“Mom!” she cried. “Brandon’s fish is dead.”
Tonio met his dad at Borough Hall after work and they walked up Smith Street together talking about their jobs. His dad was a courier for a medical clinic and liked to act like his job was important and he was saving lives, but Tonio knew that a lot of the time he sat around doing nothing, and some days he was supposed to work he didn’t get called in. A lot of the time Tonio took home more than he did. Sometimes he loaned his father money, even though he was trying to save enough to get a place of his own.
“How many calls did you make today?” his father asked.
Tonio made a face and turned the brim of his Yankees cap backwards and front again. “I don’t know, seven or eight.”
“I made eighteen runs today, my man.” He held his hand out like his son was supposed to slap it. “I’m not like the Maytag repairman, sitting around waiting for a call.”
He was always talking about this Maytag repairman. Tonio had no idea what he meant.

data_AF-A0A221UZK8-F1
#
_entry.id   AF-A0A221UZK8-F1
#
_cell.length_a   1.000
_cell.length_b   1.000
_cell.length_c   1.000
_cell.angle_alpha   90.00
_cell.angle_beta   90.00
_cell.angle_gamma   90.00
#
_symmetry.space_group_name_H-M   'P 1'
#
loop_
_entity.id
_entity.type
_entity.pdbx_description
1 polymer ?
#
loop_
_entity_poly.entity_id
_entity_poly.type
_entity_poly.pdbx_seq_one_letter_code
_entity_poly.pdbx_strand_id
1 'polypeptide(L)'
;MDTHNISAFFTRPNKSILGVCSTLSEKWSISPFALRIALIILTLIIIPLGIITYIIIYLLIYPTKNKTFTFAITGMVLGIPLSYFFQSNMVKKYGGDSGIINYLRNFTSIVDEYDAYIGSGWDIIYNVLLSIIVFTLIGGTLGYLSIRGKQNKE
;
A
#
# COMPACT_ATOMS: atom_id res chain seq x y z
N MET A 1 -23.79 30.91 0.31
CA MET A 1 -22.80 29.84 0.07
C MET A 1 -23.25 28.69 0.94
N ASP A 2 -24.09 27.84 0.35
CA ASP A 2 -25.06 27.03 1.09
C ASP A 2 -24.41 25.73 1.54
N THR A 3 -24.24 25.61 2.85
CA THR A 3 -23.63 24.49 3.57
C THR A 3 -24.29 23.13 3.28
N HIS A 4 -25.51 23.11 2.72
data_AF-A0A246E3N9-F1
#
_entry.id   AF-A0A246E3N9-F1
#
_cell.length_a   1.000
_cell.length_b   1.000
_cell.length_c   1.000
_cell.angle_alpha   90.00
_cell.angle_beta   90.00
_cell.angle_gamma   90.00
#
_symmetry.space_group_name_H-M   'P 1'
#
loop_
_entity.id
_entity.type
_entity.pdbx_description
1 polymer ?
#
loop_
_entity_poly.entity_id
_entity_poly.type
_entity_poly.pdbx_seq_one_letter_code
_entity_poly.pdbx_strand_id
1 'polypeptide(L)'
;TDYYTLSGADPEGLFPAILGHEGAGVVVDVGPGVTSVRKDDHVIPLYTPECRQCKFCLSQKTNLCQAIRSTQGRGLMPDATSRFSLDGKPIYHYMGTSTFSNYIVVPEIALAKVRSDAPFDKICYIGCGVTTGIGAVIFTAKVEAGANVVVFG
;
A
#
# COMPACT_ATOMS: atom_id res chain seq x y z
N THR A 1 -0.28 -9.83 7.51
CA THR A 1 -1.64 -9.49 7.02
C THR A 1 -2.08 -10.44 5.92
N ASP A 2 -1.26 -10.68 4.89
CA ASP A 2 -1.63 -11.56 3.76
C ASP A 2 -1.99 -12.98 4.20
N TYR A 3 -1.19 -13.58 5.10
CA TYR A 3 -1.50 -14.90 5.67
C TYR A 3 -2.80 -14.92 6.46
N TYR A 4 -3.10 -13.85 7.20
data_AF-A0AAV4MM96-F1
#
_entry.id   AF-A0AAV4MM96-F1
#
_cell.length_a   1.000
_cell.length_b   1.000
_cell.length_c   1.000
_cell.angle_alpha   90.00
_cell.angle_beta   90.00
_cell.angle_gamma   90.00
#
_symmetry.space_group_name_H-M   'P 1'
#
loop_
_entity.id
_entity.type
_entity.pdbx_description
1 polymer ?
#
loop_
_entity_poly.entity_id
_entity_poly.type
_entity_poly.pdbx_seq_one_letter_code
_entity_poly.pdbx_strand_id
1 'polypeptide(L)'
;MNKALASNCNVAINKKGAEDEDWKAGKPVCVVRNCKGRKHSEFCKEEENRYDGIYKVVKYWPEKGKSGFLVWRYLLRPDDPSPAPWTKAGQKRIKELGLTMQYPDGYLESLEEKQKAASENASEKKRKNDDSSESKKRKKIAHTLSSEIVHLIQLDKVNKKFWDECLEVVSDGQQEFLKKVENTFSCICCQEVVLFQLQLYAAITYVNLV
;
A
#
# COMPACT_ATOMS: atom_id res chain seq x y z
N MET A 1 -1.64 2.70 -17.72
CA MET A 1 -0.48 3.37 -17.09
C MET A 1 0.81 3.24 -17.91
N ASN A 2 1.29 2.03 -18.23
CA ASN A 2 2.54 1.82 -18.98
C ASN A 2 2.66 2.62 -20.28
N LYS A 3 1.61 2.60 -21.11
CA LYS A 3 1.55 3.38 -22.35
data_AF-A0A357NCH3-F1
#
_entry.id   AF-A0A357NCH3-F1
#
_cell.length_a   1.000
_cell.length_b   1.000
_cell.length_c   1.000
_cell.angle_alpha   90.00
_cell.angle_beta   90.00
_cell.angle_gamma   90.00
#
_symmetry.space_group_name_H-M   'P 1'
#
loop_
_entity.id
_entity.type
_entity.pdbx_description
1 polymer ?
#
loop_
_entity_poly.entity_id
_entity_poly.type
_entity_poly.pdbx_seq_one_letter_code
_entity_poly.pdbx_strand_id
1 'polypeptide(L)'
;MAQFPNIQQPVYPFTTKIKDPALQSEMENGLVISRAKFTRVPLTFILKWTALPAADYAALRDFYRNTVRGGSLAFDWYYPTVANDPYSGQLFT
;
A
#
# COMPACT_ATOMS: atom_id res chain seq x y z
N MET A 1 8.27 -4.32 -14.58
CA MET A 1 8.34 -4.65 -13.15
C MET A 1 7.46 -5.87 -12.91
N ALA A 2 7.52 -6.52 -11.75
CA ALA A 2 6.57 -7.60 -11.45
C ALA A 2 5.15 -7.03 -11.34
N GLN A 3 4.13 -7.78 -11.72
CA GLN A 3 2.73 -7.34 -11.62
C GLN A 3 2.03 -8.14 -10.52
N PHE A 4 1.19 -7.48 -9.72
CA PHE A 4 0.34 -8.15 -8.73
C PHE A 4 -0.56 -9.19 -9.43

Two young women popped out of a clothing store right in front of them. They were talking to each other and on their cell phones at the same time and they did not even turn to look at Tonio and his father, who was only twenty years older than him.
His father nudged him. “Man, this neighborhood sure has changed.” Tonio didn’t say anything.
When they got to the Baskin-Robbins store on the corner of Bergen his father said, “Hey, you feel like an ice cream cone?”
“Not really.” His father opened the door and pushed him inside. He led him in back to the ice cream counter. A young Indian guy was standing in front of the open cartons with his mouth agape.
“What’s up, my man?” his father said, like they were old friends or something. The Indian kid didn’t say anything.
“How is that Mango Tango?” he asked.
The kid wiped his hands on his apron. “People like it,” he said.